No Meetings on “Thinking Thursday”

I’m a big fan of collaboration. But like everybody else, I spend hours every day in meetings. Too many hours. Hours that I could be sitting in my office, getting work done.

Now, some companies are taking action. Edmunds.com, the web site for car buyers, has a new policy: No meetings allowed on Thursdays. The hope is that in this new solo time, people will come up with creative ideas. I like it! But, as a creativity researcher, I’m nervous about some of the subtle messages being sent.

First of all, the title: “Thinking Thursdays.” It implies that no one is thinking when they’re in a meeting. Which of course is silly; lots of great thoughts emerge from conversations. There’s a lot of collective thinking that can only happen when you bring a variety of people together.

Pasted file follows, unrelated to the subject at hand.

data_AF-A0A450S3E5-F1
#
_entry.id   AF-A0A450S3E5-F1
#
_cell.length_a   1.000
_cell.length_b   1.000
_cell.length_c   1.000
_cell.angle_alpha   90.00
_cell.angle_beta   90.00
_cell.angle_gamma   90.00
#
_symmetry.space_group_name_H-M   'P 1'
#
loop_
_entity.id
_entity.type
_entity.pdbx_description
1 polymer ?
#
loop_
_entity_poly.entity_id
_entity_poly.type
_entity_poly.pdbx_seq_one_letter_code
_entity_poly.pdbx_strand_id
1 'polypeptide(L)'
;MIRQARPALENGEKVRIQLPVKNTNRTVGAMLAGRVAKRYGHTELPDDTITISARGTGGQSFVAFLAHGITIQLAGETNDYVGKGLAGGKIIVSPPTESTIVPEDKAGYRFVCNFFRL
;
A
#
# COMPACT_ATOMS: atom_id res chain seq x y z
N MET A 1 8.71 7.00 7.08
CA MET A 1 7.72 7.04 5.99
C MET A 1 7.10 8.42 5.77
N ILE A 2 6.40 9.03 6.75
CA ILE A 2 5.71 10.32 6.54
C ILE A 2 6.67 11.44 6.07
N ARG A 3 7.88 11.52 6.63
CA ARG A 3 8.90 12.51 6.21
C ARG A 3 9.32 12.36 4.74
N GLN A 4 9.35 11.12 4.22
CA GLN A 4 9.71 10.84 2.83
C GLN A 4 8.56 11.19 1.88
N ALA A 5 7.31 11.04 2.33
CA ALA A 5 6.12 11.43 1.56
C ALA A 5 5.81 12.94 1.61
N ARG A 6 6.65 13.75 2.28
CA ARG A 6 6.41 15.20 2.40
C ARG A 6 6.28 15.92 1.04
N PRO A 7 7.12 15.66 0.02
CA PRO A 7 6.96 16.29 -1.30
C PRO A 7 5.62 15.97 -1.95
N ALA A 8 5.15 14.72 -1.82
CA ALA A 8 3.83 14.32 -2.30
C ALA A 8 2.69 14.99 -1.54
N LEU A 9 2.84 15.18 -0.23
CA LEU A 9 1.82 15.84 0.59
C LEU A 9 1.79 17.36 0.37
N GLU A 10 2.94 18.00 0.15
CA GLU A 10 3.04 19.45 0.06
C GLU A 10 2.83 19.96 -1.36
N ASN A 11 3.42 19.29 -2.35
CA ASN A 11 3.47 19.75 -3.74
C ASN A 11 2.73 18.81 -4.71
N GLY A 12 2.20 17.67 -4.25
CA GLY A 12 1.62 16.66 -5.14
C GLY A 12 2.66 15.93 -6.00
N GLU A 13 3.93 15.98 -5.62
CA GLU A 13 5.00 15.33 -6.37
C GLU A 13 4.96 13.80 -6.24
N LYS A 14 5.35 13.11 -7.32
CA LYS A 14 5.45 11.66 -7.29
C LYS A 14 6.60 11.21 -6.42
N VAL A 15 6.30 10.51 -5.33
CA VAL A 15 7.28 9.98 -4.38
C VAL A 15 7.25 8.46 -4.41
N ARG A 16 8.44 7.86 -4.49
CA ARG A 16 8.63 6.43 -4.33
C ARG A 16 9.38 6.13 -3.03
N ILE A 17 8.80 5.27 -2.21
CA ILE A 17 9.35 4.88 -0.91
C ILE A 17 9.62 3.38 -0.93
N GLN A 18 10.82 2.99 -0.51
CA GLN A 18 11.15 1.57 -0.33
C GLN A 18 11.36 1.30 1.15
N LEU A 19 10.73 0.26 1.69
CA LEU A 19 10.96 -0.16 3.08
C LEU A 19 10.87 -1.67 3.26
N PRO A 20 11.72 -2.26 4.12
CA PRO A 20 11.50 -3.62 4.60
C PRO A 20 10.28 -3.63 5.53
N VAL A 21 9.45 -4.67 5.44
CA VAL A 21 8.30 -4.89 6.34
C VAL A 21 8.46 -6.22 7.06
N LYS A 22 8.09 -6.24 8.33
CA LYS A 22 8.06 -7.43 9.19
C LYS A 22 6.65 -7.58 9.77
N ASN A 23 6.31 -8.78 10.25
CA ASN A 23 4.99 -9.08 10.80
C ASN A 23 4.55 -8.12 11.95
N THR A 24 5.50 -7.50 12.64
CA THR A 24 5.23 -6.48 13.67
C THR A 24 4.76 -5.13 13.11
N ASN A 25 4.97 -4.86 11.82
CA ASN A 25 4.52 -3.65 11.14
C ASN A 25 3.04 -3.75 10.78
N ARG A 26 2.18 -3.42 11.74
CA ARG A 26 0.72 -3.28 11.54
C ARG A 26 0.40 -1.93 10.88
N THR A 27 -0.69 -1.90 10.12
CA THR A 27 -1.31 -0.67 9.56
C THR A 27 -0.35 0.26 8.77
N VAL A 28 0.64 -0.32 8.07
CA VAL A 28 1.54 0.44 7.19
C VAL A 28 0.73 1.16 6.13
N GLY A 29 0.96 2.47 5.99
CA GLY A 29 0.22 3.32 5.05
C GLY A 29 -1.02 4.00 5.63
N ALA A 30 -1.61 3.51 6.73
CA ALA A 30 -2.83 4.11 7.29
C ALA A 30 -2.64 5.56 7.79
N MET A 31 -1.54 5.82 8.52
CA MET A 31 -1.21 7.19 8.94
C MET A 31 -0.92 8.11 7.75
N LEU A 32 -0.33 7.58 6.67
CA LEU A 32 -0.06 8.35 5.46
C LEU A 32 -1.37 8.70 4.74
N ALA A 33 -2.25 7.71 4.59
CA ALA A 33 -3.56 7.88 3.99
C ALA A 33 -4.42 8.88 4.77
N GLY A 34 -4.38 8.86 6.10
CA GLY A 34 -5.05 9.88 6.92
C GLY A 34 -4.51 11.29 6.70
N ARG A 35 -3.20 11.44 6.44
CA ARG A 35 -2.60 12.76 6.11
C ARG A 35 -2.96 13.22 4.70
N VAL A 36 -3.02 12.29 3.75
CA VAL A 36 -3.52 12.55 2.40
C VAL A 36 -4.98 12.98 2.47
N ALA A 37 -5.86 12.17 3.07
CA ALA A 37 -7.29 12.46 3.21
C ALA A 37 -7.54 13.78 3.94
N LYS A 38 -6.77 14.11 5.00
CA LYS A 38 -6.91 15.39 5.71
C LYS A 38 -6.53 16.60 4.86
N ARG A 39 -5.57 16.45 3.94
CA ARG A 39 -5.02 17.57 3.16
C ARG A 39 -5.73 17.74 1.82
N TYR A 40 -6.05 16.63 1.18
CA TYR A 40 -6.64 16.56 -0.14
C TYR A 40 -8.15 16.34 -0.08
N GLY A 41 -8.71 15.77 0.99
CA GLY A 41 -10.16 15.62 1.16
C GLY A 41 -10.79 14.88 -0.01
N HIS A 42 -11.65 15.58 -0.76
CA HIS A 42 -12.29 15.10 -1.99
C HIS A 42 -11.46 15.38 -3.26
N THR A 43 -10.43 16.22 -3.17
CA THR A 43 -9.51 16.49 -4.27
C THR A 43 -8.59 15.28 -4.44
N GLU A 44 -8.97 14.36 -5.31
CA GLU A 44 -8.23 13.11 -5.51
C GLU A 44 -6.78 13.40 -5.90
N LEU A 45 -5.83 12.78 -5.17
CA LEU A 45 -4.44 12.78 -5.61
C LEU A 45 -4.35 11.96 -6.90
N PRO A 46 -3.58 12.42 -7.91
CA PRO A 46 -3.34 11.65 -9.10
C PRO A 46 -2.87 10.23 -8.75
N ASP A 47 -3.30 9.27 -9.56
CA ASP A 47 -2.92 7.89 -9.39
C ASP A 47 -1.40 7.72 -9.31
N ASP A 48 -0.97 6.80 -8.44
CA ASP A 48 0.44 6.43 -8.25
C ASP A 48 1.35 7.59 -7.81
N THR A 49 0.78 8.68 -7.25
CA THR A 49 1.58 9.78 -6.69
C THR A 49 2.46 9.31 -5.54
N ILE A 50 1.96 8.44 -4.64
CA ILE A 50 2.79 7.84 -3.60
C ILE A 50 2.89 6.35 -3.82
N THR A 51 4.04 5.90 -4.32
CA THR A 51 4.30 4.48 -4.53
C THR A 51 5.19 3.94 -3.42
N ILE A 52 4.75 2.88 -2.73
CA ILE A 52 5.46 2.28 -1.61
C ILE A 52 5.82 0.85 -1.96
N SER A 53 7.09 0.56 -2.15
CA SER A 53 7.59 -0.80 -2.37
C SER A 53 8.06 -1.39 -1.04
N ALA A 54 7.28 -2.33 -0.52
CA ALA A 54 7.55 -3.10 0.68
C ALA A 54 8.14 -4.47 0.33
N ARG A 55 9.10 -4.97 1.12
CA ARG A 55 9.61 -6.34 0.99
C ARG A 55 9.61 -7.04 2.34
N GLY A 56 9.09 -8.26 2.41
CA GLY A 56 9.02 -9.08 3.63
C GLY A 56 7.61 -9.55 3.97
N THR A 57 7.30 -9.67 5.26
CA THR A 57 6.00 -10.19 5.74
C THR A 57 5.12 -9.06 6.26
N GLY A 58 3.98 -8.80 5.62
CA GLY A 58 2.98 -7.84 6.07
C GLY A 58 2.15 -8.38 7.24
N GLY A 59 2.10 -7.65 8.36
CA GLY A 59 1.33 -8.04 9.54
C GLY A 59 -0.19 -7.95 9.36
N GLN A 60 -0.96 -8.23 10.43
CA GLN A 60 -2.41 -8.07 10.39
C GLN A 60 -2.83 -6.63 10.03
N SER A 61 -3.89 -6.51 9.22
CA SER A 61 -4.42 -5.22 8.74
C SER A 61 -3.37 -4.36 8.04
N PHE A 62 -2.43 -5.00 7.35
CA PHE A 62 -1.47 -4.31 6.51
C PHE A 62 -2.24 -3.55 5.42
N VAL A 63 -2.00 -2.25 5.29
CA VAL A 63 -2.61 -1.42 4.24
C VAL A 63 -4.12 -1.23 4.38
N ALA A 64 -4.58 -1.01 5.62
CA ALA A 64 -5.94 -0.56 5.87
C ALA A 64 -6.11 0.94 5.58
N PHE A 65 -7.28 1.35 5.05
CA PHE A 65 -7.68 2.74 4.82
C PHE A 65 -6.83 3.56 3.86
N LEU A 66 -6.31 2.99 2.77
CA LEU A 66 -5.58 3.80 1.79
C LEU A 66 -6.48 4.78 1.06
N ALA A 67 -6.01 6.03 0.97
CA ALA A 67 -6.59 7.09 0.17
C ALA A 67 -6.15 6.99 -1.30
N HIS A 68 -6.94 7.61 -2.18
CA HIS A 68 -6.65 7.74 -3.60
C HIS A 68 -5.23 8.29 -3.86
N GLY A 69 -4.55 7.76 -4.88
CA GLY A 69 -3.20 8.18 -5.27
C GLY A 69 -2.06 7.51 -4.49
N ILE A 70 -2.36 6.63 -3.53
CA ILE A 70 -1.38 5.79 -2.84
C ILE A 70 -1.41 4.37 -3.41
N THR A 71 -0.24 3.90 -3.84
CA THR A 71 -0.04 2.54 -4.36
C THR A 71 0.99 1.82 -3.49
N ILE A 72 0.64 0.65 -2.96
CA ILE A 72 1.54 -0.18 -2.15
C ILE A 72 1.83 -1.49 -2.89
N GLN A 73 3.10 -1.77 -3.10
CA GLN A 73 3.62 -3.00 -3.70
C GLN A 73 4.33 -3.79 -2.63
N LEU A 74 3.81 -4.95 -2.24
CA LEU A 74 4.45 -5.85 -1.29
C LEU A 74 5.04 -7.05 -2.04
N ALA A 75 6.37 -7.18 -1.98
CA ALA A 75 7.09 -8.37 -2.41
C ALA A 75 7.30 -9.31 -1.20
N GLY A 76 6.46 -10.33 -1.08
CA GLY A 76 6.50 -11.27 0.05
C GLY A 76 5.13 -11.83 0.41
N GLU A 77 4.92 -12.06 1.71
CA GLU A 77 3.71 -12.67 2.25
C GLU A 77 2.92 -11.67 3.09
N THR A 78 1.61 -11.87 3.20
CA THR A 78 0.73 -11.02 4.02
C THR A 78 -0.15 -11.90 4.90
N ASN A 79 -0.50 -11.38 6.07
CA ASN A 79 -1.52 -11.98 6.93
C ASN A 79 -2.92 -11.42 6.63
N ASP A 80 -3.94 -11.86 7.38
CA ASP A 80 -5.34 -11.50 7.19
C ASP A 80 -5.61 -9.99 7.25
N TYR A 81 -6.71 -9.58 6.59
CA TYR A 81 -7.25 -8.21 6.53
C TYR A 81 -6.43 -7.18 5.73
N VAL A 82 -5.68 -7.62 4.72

Second, there’s the assumption that people can only be creative when they’re alone. It’s true that the research shows that you need some solitary time. But research also shows that you need frequent conversations and collaborations to achieve your creative potential.

Still, it’s a good policy if your company has too many meetings, if there’s no time to be alone. Maximum creativity comes from a good balance of group time and solo time.

Do you have stories of how your company helps you to carve out space for solitary time?

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